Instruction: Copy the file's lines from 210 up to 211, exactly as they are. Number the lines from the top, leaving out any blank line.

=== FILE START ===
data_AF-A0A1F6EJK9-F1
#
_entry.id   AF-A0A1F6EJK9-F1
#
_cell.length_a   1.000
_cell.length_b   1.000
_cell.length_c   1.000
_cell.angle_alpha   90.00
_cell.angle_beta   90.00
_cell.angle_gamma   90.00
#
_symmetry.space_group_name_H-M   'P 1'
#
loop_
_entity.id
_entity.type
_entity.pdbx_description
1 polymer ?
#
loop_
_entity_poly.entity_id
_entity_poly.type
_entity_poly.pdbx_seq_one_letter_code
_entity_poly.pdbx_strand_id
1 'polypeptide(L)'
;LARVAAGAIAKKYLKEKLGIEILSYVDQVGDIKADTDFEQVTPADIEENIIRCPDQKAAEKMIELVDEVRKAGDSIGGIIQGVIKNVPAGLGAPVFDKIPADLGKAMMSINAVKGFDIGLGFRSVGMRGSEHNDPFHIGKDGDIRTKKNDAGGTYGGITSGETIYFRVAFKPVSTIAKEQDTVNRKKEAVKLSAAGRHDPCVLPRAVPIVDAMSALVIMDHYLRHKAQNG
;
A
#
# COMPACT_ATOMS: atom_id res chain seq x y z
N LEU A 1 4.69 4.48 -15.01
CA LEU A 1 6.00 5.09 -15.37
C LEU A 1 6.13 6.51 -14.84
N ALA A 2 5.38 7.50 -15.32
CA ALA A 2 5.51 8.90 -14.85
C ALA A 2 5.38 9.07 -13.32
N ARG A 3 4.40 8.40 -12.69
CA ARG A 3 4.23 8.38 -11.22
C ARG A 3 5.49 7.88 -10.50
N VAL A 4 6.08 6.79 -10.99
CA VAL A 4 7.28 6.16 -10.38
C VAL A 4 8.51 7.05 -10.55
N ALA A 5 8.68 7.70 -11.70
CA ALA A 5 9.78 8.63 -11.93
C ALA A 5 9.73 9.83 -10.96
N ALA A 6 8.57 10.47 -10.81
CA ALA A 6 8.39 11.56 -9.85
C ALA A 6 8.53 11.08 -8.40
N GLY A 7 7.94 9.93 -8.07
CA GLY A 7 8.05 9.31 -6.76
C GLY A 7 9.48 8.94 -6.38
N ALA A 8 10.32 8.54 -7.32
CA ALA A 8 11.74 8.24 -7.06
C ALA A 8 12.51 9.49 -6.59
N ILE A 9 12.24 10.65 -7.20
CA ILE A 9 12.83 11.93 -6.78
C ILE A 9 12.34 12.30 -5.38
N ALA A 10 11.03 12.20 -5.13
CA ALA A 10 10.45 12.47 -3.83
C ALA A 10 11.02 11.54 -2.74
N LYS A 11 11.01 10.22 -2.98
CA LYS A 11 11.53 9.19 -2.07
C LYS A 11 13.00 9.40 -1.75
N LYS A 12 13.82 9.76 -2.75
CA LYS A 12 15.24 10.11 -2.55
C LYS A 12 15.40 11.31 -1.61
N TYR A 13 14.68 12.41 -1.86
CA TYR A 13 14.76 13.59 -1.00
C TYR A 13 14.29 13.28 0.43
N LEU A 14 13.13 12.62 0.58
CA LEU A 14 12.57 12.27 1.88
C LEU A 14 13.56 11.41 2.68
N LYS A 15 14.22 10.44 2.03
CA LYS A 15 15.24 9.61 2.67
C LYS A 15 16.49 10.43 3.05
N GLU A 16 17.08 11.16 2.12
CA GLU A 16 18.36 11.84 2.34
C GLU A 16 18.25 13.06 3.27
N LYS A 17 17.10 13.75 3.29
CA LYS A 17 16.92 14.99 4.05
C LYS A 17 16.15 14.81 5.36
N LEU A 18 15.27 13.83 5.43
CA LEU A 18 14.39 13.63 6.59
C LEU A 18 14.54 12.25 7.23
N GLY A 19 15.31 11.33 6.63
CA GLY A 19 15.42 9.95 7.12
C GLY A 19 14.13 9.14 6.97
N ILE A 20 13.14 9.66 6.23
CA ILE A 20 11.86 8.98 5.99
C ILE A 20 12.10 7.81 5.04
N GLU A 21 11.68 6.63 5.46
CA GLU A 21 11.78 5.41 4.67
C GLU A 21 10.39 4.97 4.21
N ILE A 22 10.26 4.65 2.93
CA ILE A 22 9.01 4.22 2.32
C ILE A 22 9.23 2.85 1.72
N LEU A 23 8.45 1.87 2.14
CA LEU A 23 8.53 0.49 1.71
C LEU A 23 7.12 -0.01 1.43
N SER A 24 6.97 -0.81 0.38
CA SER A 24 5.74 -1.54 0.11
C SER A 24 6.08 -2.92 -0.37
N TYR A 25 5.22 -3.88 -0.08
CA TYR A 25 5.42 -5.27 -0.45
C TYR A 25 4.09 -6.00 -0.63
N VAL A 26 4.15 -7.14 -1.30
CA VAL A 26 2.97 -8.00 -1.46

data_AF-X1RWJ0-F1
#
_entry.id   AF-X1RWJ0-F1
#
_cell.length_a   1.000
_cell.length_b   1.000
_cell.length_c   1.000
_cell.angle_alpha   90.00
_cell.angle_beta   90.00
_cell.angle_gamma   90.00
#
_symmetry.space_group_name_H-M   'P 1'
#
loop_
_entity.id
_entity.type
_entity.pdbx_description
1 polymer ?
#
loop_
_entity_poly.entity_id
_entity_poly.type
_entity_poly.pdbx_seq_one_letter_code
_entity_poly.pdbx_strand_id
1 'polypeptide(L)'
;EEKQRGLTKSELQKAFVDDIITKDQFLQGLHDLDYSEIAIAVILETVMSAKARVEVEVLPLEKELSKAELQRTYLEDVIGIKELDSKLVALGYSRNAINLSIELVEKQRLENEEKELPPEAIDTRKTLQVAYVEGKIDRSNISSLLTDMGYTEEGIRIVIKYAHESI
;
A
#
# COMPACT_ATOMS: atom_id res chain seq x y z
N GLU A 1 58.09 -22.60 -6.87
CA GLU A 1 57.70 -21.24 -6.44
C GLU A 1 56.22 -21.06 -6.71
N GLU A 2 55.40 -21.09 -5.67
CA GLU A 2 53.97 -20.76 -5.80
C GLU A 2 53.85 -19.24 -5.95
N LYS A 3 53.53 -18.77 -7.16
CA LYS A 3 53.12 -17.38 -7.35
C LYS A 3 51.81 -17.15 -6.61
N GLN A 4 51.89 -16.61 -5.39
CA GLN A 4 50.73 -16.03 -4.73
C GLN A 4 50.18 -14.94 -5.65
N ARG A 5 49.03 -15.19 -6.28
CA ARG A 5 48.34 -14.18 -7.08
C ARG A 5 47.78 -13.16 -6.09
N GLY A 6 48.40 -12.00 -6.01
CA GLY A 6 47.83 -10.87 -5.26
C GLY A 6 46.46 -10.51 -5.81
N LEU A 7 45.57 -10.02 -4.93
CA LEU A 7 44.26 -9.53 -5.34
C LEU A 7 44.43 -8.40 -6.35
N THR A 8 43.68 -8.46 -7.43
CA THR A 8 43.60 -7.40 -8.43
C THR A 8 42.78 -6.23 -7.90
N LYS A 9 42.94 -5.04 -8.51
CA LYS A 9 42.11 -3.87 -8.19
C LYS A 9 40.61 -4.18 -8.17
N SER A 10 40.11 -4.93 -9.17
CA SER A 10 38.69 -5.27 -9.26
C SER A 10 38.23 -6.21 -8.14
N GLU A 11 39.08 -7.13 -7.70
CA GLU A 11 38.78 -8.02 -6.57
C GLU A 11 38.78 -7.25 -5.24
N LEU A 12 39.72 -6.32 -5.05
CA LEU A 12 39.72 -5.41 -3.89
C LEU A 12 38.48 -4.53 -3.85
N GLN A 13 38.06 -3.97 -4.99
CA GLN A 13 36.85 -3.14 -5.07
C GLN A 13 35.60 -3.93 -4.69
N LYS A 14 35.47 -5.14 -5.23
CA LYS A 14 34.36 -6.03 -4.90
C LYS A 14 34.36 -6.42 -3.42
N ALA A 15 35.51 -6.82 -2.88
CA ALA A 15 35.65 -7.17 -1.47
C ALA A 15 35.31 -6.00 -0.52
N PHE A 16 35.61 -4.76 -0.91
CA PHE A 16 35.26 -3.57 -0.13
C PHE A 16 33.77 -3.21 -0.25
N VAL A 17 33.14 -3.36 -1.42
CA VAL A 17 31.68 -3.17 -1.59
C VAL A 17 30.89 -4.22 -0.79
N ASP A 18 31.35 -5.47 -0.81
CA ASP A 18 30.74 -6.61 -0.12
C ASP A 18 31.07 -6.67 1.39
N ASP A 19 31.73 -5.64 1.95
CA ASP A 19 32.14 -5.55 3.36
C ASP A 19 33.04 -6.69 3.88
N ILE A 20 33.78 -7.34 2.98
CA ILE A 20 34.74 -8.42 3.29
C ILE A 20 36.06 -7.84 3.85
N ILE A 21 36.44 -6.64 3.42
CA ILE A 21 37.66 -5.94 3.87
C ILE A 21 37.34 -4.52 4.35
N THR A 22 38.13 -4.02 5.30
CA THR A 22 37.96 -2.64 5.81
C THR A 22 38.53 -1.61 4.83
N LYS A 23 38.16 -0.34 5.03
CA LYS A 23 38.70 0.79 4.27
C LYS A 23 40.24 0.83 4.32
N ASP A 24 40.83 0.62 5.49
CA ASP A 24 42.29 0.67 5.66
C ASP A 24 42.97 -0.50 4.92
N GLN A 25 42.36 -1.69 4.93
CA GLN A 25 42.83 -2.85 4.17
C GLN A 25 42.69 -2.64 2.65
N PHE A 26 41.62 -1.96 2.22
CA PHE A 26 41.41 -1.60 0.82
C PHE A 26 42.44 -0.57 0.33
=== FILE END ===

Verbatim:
N GLN A 25 42.36 -1.69 4.93
CA GLN A 25 42.83 -2.85 4.17